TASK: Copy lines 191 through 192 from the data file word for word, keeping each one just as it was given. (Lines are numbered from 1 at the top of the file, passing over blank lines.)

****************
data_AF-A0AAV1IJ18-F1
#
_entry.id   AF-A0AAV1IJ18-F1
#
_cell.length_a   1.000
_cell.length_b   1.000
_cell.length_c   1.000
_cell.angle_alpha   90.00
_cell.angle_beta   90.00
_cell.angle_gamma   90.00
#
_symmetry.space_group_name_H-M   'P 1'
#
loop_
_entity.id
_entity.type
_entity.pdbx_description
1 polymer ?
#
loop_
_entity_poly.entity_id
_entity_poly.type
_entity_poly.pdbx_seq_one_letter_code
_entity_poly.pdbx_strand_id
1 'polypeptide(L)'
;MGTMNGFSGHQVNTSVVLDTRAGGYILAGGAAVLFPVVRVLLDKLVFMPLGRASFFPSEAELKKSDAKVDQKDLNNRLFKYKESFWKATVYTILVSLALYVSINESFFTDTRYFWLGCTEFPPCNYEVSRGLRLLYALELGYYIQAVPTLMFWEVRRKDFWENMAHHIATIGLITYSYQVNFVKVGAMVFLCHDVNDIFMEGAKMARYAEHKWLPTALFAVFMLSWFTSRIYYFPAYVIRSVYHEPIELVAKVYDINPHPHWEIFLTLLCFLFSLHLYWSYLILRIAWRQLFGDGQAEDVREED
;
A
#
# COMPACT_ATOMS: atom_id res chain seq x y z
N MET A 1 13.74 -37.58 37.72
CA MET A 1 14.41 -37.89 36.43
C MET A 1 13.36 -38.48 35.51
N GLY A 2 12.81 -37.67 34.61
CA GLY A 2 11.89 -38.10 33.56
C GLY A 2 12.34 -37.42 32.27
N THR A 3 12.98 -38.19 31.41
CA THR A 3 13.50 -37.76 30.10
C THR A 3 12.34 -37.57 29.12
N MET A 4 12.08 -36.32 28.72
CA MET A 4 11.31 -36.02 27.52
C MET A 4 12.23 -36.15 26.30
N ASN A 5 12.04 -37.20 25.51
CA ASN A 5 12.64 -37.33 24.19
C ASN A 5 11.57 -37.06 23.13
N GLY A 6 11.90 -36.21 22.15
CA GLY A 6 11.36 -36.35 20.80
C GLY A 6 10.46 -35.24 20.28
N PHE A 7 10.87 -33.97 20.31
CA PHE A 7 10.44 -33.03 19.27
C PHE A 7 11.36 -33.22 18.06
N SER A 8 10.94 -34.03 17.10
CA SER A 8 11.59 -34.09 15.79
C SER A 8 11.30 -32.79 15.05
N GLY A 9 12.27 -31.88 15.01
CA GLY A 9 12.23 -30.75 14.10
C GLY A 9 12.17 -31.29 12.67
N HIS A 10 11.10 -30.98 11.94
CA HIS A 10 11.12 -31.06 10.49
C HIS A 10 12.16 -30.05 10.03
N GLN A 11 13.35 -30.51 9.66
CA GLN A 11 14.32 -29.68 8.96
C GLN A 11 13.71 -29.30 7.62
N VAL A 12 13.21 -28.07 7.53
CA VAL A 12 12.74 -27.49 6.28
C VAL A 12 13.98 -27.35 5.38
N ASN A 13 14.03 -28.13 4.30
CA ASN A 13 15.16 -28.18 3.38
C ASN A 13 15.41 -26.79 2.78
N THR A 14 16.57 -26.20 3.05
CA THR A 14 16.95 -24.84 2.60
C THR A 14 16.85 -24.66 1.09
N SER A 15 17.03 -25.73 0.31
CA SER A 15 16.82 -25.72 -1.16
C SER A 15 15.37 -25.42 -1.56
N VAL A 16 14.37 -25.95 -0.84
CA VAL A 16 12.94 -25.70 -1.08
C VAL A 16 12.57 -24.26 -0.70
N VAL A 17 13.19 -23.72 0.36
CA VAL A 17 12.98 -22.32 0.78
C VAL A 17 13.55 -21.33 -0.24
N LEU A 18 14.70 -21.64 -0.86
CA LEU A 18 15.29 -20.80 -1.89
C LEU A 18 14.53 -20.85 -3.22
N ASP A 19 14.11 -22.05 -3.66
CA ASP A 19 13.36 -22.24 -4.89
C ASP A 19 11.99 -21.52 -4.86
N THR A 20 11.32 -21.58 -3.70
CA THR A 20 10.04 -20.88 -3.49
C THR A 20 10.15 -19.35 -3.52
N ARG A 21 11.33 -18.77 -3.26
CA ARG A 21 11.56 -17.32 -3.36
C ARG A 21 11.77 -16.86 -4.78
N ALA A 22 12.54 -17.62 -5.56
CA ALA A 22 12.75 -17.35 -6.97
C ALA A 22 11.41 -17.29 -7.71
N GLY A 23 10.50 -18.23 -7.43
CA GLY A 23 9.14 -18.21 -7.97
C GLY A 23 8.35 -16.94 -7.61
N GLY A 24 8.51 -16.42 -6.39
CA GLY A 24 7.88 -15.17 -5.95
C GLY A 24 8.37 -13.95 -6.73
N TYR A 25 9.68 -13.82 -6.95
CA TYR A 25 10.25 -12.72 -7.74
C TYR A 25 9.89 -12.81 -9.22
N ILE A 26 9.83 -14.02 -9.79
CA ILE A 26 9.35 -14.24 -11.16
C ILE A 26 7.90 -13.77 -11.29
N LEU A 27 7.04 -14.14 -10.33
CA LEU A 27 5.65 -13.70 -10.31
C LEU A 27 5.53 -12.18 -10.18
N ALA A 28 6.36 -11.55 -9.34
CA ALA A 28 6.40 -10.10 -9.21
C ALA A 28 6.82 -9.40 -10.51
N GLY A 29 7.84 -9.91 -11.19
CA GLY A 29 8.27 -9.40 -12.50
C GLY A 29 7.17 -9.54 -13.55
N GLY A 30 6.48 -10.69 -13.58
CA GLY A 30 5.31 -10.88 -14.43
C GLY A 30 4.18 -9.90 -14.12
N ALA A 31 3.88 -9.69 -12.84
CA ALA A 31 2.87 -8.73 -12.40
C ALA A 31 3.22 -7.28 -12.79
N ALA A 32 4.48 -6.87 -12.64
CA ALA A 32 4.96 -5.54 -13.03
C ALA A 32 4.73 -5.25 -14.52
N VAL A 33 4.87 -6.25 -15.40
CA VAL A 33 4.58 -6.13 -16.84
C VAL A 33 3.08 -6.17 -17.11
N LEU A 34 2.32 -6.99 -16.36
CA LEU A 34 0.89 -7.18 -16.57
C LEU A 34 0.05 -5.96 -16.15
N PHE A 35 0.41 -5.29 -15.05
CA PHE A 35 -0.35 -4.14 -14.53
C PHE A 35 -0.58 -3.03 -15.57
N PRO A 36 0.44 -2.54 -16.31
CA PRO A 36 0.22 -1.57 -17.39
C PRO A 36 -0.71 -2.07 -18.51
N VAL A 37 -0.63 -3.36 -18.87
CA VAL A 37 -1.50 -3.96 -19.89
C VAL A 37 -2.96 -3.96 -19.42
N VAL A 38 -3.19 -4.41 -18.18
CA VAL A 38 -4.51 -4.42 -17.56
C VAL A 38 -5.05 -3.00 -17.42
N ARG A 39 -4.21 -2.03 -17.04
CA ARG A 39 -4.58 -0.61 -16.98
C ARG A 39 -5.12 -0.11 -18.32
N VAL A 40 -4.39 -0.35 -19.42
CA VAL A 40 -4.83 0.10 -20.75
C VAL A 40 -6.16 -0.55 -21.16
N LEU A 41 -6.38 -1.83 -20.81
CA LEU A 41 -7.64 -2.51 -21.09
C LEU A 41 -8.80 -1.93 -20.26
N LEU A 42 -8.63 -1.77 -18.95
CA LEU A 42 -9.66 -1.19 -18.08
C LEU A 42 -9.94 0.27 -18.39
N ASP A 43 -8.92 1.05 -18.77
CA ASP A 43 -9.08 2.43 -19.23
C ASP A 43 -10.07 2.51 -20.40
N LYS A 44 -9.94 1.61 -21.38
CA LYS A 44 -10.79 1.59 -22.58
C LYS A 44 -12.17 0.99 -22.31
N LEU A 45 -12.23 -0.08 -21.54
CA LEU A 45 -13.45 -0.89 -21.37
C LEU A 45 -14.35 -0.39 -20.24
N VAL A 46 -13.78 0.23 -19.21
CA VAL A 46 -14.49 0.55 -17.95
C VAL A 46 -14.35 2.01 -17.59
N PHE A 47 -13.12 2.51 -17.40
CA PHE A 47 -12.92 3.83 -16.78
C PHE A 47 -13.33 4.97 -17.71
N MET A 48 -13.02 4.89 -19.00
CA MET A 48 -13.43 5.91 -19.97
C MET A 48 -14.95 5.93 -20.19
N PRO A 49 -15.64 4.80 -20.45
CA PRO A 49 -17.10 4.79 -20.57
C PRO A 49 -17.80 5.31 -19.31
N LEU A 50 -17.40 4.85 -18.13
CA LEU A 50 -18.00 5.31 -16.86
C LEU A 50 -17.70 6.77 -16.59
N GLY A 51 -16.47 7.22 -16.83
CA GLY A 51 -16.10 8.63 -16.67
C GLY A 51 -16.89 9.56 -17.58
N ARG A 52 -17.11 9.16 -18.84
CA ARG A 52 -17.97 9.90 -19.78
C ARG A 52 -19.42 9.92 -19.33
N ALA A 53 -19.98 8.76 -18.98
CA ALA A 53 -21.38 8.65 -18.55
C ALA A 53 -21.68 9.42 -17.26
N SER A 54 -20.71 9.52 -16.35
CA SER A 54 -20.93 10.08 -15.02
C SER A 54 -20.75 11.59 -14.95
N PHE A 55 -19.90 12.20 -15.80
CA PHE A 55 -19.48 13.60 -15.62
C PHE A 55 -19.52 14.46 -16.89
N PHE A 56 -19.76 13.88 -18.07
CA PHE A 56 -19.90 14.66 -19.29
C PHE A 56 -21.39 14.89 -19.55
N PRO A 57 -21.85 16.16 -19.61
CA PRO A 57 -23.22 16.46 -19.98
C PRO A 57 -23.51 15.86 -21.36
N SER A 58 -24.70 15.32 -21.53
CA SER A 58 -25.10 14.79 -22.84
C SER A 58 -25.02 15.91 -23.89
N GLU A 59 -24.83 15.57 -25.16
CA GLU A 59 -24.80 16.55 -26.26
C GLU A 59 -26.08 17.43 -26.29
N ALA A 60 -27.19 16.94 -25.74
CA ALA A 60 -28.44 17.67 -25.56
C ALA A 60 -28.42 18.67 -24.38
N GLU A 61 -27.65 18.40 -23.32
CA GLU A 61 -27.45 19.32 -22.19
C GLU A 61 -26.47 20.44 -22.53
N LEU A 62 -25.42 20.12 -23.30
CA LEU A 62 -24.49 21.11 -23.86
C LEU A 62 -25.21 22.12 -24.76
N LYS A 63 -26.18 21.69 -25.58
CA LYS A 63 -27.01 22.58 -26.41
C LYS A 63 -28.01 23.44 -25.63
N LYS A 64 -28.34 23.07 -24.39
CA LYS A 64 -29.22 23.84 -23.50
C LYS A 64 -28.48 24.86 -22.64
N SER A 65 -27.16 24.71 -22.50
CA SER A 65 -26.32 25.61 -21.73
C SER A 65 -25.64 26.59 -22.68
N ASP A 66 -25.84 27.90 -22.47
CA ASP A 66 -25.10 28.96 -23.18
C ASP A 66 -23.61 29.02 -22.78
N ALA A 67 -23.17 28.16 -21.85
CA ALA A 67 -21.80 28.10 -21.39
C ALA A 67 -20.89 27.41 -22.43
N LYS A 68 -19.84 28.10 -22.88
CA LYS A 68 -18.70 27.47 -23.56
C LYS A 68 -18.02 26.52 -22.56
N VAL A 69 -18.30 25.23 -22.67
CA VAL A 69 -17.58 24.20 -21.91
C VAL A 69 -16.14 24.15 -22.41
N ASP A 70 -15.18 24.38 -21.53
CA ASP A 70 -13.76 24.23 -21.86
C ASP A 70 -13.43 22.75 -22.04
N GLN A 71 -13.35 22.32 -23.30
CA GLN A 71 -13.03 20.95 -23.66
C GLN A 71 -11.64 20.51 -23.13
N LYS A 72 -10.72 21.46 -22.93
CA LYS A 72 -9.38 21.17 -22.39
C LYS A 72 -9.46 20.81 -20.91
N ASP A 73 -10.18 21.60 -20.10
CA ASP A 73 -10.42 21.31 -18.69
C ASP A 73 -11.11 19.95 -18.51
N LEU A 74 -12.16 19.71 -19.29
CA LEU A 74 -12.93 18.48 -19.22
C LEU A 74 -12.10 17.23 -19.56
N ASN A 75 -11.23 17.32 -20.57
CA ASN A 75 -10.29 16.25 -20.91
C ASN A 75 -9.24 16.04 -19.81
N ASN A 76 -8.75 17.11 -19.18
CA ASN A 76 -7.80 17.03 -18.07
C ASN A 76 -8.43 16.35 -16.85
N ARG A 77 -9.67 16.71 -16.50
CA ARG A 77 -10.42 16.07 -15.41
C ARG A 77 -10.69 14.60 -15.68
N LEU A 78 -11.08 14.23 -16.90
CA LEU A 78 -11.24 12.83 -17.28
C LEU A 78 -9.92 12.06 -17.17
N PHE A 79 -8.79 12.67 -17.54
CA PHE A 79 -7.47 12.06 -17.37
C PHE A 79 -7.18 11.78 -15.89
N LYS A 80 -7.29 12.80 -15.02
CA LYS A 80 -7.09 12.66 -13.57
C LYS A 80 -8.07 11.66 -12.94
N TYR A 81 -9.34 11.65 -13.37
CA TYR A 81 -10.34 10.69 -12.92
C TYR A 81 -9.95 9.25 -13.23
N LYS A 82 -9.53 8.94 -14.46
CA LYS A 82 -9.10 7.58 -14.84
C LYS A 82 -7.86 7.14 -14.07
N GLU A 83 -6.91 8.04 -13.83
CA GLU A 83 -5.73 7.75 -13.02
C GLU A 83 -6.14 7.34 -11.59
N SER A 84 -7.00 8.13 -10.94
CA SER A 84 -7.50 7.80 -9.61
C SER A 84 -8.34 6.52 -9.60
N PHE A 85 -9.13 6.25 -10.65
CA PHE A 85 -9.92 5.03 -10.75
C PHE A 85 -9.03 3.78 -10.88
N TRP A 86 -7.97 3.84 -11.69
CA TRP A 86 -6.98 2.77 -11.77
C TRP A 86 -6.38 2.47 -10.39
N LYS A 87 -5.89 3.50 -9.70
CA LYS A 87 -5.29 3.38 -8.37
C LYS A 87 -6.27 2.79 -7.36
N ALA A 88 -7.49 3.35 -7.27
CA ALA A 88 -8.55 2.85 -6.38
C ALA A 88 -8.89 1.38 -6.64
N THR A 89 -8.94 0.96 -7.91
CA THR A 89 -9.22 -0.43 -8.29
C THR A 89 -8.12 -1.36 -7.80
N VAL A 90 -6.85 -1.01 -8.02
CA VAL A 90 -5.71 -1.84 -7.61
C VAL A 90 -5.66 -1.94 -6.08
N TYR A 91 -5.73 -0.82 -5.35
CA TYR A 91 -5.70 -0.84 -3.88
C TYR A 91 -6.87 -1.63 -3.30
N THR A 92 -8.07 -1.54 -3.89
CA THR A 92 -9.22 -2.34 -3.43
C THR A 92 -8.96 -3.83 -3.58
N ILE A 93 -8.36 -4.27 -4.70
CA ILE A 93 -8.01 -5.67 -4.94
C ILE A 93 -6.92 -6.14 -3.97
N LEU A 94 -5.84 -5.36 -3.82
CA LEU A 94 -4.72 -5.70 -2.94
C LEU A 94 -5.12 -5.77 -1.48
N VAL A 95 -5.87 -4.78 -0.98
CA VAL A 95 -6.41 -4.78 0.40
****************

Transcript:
CA SER A 54 -20.93 10.08 -15.02
C SER A 54 -20.75 11.59 -14.95